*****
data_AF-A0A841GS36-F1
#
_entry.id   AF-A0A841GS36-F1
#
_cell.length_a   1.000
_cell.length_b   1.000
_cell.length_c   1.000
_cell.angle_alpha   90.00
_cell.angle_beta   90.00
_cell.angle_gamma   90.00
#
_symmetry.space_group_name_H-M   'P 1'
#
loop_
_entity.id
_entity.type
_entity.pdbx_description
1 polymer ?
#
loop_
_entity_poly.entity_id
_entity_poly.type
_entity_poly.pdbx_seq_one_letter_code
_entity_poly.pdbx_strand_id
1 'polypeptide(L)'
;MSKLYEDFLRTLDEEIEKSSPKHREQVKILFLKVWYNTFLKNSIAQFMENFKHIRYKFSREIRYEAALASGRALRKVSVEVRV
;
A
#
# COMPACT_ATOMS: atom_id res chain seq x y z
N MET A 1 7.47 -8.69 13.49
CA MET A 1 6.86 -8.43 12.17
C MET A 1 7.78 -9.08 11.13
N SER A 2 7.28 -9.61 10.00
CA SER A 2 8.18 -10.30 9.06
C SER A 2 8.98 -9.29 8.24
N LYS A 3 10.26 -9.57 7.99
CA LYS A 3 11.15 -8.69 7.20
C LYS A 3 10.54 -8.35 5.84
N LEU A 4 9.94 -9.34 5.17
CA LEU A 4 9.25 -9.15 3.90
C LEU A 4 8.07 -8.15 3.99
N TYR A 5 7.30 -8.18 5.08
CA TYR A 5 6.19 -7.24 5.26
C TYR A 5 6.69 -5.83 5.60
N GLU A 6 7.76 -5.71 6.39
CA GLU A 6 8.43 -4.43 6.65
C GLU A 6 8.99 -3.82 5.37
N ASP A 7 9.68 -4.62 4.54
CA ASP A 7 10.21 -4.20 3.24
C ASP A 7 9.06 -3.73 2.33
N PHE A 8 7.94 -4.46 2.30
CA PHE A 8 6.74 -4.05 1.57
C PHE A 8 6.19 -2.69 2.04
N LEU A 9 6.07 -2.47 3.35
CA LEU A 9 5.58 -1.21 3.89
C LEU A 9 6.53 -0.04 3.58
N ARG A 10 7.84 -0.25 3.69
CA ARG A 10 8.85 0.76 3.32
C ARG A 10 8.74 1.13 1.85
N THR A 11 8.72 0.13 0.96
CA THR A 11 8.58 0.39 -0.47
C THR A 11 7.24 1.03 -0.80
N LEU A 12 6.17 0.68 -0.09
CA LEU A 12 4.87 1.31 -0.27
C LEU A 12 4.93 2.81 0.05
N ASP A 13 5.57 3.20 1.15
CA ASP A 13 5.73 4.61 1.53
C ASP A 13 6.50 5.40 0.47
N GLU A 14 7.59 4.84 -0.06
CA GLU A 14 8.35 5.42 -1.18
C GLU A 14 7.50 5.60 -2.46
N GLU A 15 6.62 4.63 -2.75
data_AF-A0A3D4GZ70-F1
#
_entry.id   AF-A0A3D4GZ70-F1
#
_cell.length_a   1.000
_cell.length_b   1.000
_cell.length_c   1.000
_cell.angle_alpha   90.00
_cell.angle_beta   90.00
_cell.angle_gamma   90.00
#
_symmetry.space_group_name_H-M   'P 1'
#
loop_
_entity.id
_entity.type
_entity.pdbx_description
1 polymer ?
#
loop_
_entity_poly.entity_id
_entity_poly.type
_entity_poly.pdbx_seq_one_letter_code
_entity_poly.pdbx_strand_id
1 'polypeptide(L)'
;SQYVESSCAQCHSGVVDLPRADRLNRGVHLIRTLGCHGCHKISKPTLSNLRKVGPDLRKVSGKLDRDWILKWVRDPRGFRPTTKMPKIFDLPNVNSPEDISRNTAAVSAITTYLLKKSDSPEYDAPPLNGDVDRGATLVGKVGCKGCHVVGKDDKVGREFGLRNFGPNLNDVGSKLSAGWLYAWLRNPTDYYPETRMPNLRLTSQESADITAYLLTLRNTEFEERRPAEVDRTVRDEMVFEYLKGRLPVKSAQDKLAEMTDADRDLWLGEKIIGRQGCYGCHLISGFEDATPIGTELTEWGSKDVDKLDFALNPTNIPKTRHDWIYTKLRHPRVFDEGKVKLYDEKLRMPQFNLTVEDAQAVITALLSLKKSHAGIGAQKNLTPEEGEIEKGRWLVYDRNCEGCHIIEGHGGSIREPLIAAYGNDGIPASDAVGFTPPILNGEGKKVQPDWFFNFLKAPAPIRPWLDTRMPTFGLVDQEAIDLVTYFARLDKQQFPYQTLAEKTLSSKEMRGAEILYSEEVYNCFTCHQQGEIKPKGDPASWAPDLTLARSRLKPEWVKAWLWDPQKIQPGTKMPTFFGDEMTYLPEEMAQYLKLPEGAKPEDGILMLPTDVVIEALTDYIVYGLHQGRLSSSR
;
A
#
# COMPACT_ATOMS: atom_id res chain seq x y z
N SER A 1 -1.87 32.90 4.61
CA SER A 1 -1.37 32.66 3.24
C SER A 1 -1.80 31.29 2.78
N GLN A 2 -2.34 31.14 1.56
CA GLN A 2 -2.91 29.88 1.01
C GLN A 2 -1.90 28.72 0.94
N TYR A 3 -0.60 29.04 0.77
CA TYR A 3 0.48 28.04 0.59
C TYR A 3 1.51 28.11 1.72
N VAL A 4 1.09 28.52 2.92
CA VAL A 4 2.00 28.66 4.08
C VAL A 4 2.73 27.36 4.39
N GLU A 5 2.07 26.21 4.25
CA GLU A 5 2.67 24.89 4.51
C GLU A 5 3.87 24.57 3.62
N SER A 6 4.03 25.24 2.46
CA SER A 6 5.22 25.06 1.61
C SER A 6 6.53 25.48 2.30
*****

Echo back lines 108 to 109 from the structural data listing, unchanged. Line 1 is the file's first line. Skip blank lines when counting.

CA GLN A 2 -2.91 29.88 1.01
C GLN A 2 -1.90 28.72 0.94